Famed White House beret wearing intern MONICA LEWINSKY has finally broken her silence about her affair with President Bill Clinton.
Writing in glam mag Vanity Fair Lewinsky admits, “It’s time to burn the beret and bury the blue dress.”
“I, myself, deeply regret what happened between me and President Clinton. Let me say it again: I. Myself. Deeply. Regret. What. Happened,” she writes.
After a decade of virtual silence — “So silent, in fact,” she writes, “that the buzz in some circles has been that the Clintons must have paid me off; why else would I have refrained from speaking out? I can assure you that nothing could be further from the truth”, Lewinsky, now 40, reveals "I’ve decided, finally, to stick my head above the parapet so that I can take back my narrative and give a purpose to my past.
Ledwisnky contends in the article that the affair was between two consenting adults and what’s the big deal other the fact that he’s married and at the time leader of the free world.
“Sure, my boss took advantage of me, but I will always remain firm on this point: it was a consensual relationship. Any ‘abuse’ came in the aftermath, when I was made a scapegoat in order to protect his powerful position. . . . The Clinton administration, the special prosecutor’s minions, the political operatives on both sides of the aisle, and the media were able to brand me. And that brand stuck, in part because it was imbued with power.”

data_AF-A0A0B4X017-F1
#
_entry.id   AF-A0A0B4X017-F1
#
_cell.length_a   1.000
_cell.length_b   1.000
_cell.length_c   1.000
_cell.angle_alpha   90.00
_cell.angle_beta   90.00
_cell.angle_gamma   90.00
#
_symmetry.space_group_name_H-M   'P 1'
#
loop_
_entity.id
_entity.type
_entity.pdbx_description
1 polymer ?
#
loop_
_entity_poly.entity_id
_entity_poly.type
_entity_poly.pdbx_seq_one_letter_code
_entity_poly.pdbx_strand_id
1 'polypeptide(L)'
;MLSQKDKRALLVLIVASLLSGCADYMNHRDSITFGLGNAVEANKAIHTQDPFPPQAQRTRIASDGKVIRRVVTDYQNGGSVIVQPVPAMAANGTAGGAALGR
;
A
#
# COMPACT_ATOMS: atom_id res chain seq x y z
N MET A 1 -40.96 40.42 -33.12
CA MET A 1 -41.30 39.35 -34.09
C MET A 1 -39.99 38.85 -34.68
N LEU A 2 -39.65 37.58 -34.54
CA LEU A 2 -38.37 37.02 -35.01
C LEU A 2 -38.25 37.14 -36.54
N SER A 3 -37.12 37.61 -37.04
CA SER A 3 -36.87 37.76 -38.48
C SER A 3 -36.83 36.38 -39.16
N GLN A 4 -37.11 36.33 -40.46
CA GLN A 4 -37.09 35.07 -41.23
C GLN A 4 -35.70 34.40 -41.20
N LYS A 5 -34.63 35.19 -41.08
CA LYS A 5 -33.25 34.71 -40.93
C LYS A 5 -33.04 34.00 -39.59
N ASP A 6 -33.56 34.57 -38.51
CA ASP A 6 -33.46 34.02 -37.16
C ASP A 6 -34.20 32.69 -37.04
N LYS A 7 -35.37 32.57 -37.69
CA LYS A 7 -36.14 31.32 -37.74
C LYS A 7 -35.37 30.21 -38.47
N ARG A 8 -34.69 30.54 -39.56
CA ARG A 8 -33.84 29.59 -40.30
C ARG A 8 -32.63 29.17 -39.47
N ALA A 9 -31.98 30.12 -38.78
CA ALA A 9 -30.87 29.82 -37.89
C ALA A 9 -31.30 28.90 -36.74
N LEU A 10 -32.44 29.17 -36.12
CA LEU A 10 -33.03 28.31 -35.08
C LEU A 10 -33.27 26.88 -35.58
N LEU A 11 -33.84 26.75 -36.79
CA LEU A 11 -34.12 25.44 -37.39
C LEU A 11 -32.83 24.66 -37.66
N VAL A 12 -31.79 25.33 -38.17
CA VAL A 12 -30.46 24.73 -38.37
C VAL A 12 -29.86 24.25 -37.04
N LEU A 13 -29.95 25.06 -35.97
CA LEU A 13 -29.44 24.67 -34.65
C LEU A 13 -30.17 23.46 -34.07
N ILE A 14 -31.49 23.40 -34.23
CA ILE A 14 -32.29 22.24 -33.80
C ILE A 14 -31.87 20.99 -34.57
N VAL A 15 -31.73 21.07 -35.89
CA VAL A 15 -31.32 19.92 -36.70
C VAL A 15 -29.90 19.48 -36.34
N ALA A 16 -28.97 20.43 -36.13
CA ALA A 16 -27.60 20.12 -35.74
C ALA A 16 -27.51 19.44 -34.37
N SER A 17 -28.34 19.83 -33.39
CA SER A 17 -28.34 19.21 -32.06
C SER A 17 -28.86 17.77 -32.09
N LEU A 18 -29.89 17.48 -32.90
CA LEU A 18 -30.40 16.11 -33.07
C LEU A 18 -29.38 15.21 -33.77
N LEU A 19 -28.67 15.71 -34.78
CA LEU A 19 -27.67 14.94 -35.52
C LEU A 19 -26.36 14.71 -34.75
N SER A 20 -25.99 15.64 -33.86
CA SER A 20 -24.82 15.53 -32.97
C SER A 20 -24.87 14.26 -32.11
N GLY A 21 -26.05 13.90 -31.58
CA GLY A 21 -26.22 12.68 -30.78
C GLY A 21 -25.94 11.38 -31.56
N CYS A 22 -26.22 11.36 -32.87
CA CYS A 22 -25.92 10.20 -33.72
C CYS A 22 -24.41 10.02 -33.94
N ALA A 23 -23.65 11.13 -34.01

After the scandal, Lewinsky says she turned down multiple job offers and multiple marriage proposals from her fans., “I turned down offers that would have earned me more than $10 million, because they didn’t feel like the right thing to do.”
As The ENQUIRER previously reported Lewisnky holed up in London where she fgot a decree at the London School of Economics and jockeyed between Los Angeles, New York, and Portland, Oregon.
Lewinsky laments that many potential employers branded her because of her past, “I was never ‘quite right’ for the position. In some cases, I was right for all the wrong reasons.”
Lewinsky says she was inspired to go public by Tyler Clementi, the 18-year-old Rutgers student who committed suicide in 2010 after being bullied because he was gay. That brought back Lewinsky's own suicidal feelings from the Clinton scandal.
In light of Clementi's death, "my own suffering took on a different meaning," Lewinsky writes.
Her current goal, Lewinsky writes, "is to get involved with efforts on behalf of victims of online humiliation and harassment and to start speaking on this topic in public forums."